If your kitten is in good general health, you can start with a special exam. Since some species of mites are visible on the coat or the surface of the skin, in some cases, it is sufficient to perform a close inspection (inspection) of the hairline of different regions of the body or the application of transparent adhesive strips.
To detect an ear mite infestation, the vet uses an otoscope. This is inserted into the ear canal of the cat. If there is a dark mass there, it can be examined under a microscope or through a smear to detect mites. Mite species found on or in the skin can also be made visible under the microscope by scraping the skin deep and dissolving the sample in potassium hydroxide. To do this, the vet scratches the skin’s surface with a blade until some blood appears. This is very important because all layers of the skin must be examined for mite infestations.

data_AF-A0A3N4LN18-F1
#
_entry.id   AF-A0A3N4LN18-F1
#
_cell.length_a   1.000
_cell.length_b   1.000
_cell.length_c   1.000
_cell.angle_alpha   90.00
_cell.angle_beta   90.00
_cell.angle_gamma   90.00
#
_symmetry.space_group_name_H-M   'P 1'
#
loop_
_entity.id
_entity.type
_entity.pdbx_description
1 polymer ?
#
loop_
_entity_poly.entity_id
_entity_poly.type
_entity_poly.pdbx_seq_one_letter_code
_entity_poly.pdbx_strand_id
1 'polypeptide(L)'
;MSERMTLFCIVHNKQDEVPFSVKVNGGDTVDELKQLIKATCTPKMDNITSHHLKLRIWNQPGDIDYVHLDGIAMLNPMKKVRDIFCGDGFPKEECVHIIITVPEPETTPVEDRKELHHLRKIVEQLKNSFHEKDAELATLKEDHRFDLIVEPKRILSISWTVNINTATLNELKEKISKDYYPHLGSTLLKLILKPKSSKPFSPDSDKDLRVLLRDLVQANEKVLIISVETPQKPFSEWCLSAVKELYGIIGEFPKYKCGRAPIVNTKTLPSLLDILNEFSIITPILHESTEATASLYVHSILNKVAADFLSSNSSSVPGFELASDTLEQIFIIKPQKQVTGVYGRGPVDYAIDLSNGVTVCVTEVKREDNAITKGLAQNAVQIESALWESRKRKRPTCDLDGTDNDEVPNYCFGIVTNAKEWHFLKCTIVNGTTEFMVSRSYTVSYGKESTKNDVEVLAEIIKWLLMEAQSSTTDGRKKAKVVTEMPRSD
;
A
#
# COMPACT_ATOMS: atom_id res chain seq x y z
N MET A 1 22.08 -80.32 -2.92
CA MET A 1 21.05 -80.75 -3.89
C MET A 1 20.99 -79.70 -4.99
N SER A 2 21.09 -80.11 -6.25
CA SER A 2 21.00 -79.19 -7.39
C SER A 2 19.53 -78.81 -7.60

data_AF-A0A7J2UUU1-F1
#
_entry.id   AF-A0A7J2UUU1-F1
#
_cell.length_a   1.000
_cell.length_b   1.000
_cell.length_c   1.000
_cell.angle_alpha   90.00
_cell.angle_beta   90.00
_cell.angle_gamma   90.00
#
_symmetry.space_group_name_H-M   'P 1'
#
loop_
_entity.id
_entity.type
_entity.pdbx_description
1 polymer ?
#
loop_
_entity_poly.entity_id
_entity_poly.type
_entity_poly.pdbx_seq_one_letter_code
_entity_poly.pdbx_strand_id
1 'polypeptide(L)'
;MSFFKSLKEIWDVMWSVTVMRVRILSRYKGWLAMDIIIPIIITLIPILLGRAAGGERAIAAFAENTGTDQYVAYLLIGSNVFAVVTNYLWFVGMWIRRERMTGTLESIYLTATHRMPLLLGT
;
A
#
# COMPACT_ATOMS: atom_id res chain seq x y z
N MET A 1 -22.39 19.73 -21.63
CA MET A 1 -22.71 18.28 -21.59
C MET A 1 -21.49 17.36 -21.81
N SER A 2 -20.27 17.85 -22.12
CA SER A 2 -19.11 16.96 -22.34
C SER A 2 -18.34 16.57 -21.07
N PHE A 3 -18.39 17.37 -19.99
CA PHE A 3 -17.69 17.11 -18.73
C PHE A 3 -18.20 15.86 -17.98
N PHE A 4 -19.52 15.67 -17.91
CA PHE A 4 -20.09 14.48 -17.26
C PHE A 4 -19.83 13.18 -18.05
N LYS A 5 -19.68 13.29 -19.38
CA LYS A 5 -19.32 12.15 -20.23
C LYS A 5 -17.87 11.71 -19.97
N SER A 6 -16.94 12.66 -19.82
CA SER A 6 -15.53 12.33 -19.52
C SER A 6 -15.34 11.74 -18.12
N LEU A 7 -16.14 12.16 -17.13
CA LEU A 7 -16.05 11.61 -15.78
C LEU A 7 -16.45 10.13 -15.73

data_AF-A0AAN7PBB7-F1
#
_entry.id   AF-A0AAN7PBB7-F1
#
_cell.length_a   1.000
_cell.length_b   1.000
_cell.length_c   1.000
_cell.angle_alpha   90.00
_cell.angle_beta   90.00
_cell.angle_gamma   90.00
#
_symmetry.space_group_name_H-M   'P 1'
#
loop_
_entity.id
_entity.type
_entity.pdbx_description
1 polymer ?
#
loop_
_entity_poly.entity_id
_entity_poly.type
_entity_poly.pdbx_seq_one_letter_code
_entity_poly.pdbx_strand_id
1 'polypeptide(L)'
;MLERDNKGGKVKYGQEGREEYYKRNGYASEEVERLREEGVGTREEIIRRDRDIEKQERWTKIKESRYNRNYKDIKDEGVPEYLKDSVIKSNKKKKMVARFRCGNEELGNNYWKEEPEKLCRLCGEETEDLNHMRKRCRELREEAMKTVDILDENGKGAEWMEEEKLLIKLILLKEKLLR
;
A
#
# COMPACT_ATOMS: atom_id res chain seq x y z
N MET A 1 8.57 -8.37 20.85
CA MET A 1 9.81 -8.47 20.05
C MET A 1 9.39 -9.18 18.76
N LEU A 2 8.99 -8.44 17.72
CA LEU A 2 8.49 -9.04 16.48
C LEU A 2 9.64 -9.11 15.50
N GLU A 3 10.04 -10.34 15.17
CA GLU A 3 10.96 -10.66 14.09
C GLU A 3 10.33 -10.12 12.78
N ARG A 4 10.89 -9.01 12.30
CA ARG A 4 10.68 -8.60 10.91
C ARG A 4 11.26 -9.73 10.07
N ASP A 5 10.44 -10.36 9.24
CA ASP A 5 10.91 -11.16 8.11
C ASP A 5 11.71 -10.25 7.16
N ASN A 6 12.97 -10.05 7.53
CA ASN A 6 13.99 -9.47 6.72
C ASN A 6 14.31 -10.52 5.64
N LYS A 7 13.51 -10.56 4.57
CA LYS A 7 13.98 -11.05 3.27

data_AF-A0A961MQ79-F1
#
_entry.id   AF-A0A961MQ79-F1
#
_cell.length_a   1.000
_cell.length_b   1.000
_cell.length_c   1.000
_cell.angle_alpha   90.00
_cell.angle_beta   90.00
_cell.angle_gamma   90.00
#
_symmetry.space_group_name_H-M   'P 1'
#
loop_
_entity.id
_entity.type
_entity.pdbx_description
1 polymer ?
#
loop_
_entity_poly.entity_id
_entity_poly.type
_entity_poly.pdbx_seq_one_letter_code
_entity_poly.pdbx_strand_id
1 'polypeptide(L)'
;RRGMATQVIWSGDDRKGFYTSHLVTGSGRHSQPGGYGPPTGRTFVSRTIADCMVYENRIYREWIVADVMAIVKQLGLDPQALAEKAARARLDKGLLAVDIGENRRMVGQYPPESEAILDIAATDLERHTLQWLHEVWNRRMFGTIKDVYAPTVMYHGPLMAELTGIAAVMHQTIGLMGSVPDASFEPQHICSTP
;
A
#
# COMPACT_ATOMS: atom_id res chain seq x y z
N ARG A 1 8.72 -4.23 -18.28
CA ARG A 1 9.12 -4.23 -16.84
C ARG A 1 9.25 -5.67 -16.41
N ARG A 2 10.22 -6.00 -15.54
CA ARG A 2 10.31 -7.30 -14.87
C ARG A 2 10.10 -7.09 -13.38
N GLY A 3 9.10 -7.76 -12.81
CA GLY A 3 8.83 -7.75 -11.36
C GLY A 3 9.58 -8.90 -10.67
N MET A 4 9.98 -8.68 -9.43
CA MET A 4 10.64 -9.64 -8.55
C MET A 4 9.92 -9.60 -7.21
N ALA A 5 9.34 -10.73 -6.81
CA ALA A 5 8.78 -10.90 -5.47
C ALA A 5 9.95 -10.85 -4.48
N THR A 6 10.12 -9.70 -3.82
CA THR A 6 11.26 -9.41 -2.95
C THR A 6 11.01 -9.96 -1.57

Treatment Of mites in cats
The treatment of a mite infestation should consist of a specific pharmacological treatment and complementary therapy:
- Anti-mite drugs (acaricides): selamectin, ivermectin, doramectin, fipronil spray
- Treatment of all contact animals
- Cleaning the environment (rooms, eating areas, sleeping places)
- Antibiotics and antiallergic drugs
The prognosis can be very different depending on the type of mite and the state of the cat’s immune system. While mite infestation in otherwise healthy adult cats can be easily controlled with consistent treatment, the prognosis for immunocompromised animals can be quite poor.
How to prevent mites in cats
To prevent a mite infestation in your feline, it is advisable to follow the following prophylactic measures:
- Regularly clean the places where you sleep and the hygiene and care products (for example, brushes)
- Use antiparasitic prophylaxis collars